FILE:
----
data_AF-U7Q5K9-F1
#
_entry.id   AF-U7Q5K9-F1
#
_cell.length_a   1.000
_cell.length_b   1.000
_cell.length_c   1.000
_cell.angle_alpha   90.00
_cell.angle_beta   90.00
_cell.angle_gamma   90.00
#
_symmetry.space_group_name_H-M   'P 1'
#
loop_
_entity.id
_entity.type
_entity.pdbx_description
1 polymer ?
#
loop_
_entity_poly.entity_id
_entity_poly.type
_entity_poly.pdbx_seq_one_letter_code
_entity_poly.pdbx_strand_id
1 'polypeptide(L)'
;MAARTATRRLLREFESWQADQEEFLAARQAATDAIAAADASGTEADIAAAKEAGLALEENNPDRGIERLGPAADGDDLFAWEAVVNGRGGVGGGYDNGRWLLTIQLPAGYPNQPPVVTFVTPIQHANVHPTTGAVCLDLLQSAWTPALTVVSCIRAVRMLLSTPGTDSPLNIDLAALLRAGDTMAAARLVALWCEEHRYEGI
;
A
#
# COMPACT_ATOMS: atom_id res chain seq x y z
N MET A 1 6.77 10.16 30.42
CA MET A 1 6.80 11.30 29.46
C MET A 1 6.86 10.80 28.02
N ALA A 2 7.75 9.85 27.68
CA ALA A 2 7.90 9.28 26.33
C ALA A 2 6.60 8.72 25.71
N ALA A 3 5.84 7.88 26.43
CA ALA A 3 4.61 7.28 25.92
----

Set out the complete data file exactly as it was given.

data_AF-U7Q5K9-F1
#
_entry.id   AF-U7Q5K9-F1
#
_cell.length_a   1.000
_cell.length_b   1.000
_cell.length_c   1.000
_cell.angle_alpha   90.00
_cell.angle_beta   90.00
_cell.angle_gamma   90.00
#
_symmetry.space_group_name_H-M   'P 1'
#
loop_
_entity.id
_entity.type
_entity.pdbx_description
1 polymer ?
#
loop_
_entity_poly.entity_id
_entity_poly.type
_entity_poly.pdbx_seq_one_letter_code
_entity_poly.pdbx_strand_id
1 'polypeptide(L)'
;MAARTATRRLLREFESWQADQEEFLAARQAATDAIAAADASGTEADIAAAKEAGLALEENNPDRGIERLGPAADGDDLFAWEAVVNGRGGVGGGYDNGRWLLTIQLPAGYPNQPPVVTFVTPIQHANVHPTTGAVCLDLLQSAWTPALTVVSCIRAVRMLLSTPGTDSPLNIDLAALLRAGDTMAAARLVALWCEEHRYEGI
;
A
#
# COMPACT_ATOMS: atom_id res chain seq x y z
N MET A 1 6.77 10.16 30.42
CA MET A 1 6.80 11.30 29.46
C MET A 1 6.86 10.80 28.02
N ALA A 2 7.75 9.85 27.68
CA ALA A 2 7.90 9.28 26.33
C ALA A 2 6.60 8.72 25.71
N ALA A 3 5.84 7.88 26.43
CA ALA A 3 4.61 7.28 25.92